Instagram comes to Google Play as big developer leaves
arstechnica.com 2012-03-12 10:34:00
The Android app market is going through more than just a name change. The man responsible for overseeing the Market, recently renamed Google Play, has stepped down. Meanwhile, a hugely popular iPhone app will arrive in the store as another big developer pulls out because its Android app was a money-losing enterprise.
On Sunday, The Verge reported that Instagram, a free photography-oriented iPhone app with 27 million registered users, would be coming to Android shortly. Kevin Systrom, an Instagram co-founder, showed off a prototype of the app running on a Samsung Galaxy Nexus, and noted that "in some ways, it's better than out iPhone app."
This report followed Battleheart creator Mika Mobile's announcement Saturday that the company would drop support for its Android app. The company, which sells Battleheart for $2.99 in both the App Store and Google Play, wrote in a blog post that it spends 20 percent of its worker-hours supporting the various hardware profiles of Android handsets, but the app generated only five percent of its revenue, what he called an "unsustainable" ratio.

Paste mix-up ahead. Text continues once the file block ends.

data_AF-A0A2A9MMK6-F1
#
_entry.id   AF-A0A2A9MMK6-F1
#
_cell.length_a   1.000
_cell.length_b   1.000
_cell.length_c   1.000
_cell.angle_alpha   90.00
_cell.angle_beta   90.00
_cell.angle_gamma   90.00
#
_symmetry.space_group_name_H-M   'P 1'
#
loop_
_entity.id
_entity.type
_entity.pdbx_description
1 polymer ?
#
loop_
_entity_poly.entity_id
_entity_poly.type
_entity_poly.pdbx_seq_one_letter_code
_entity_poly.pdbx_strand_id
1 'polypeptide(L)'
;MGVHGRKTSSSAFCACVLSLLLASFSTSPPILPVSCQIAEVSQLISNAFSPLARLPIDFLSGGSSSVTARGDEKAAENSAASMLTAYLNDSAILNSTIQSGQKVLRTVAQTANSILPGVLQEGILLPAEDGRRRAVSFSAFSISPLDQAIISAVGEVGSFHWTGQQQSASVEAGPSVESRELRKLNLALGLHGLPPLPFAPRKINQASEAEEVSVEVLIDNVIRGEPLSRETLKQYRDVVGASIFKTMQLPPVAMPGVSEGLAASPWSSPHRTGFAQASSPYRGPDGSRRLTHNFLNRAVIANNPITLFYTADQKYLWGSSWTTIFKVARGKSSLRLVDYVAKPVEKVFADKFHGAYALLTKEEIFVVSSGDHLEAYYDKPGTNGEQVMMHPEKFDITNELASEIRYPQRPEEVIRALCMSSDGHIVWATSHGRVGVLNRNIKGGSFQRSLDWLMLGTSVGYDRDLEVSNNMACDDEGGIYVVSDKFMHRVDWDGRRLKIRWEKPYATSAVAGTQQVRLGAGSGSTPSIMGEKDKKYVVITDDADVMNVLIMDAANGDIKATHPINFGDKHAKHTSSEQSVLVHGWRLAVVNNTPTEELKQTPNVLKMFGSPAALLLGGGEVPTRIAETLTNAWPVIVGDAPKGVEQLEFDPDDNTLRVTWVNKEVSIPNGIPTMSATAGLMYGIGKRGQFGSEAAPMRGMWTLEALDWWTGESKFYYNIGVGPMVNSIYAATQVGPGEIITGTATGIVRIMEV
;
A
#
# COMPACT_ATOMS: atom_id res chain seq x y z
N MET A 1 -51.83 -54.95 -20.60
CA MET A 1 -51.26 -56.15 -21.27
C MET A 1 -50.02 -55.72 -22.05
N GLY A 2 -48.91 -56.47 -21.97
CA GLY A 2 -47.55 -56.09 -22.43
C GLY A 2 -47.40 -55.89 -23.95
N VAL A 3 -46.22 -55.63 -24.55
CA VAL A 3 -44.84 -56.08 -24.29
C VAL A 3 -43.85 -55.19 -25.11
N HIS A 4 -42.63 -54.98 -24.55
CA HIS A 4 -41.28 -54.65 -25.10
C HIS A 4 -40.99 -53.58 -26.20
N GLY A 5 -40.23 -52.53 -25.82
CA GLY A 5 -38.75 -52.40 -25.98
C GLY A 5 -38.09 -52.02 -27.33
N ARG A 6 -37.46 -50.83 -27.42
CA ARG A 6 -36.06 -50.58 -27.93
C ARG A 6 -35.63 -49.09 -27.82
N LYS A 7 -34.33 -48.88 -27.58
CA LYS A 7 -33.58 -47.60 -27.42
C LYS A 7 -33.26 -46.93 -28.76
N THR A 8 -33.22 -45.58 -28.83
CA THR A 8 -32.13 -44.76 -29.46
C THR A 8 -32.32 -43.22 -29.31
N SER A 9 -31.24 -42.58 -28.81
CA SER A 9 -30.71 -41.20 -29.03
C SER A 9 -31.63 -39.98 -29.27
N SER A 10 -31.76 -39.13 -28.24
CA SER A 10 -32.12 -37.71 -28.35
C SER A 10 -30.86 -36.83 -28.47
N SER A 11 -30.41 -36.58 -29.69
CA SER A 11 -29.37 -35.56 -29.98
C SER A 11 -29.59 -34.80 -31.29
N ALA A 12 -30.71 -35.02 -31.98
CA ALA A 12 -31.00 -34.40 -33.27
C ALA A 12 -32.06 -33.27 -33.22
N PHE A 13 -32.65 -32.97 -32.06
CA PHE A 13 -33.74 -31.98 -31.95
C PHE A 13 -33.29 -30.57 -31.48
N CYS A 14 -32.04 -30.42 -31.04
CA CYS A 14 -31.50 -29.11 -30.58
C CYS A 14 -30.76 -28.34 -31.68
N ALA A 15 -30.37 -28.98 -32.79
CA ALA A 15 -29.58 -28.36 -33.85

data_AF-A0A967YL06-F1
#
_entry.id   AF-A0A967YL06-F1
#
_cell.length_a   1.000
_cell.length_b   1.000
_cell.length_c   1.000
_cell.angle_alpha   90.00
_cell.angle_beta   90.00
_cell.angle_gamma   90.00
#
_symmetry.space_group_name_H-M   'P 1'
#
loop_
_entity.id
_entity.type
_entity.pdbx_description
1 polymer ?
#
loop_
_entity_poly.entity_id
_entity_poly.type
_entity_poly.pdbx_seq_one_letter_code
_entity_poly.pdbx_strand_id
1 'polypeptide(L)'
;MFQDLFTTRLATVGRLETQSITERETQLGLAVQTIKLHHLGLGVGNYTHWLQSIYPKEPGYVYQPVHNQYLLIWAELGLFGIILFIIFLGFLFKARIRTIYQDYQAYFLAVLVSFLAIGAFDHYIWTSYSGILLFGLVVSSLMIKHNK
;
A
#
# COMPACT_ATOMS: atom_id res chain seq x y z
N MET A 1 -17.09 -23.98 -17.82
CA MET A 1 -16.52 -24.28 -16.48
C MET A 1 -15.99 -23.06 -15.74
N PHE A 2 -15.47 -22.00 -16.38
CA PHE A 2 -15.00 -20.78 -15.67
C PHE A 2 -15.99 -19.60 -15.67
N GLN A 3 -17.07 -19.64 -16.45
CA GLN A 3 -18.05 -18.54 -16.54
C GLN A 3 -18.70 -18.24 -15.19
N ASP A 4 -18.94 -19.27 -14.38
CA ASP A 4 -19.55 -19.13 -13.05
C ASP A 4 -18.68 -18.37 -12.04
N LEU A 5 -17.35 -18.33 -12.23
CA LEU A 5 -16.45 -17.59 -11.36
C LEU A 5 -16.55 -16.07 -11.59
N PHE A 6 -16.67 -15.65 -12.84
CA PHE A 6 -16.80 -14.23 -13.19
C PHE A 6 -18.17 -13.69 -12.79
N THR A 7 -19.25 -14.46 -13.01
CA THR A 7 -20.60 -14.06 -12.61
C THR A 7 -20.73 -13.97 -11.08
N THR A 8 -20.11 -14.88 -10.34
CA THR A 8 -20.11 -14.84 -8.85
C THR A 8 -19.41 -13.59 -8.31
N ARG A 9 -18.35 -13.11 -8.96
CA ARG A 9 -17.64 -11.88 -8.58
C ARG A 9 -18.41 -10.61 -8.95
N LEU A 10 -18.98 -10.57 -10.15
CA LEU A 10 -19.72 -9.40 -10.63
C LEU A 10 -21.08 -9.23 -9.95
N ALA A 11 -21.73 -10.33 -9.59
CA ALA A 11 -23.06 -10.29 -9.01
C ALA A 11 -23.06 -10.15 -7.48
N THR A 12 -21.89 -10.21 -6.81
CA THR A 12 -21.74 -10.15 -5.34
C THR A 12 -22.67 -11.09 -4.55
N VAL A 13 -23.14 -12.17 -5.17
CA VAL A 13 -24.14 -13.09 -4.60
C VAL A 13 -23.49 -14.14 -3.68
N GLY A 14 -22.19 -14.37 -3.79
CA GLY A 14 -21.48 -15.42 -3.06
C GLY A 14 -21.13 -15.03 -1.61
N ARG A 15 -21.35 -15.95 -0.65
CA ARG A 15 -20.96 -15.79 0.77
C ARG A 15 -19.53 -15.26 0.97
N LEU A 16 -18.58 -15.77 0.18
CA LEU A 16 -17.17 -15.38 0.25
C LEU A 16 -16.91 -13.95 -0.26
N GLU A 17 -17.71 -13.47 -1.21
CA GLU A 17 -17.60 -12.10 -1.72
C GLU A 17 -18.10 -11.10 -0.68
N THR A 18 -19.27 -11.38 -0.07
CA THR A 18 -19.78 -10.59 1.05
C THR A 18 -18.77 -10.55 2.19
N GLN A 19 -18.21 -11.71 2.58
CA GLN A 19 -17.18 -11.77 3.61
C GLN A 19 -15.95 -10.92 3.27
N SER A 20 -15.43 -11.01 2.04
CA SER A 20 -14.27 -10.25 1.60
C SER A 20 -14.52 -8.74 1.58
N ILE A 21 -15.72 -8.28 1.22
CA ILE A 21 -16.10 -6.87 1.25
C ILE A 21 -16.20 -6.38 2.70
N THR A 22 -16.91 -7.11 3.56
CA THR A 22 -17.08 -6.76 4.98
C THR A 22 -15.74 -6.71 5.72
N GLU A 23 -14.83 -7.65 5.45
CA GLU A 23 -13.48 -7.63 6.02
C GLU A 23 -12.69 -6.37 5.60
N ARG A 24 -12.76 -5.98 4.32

The fact that one big app developer finds the Android app environment less profitable jibes with a recent study in February from the firm Canalys, stating that the Android app makers can't make money off of volume sales, as Android users tend to use free apps rather than buying. Because paid apps don't sell as well on Android as on iOS, they tend to be more expensive: the average top 100 app on Android was $3.74, compared to $1.47 on iOS.
That free apps succeed is good news for Instagram, though its founders have yet to establish a way to make money from the app. While Google started processing in-app payments for its Android market last year, free apps like Instagram may be more likely to go the in-app advertising route, especially with the brand relationships Instagram has build up.
These movements come as Eric Chu, group manager of Android and Android Market leader, stepped down, as TechCrunch reported Saturday. Jamie Rosenberg, the director of digital content on Android responsible for the Google Music launch, will move into Chu's former role. Perhaps the change of management, along with the rebranding of the store, will help bring paid apps to the forefront and prevent more developers from migrating away due to lack of profitability.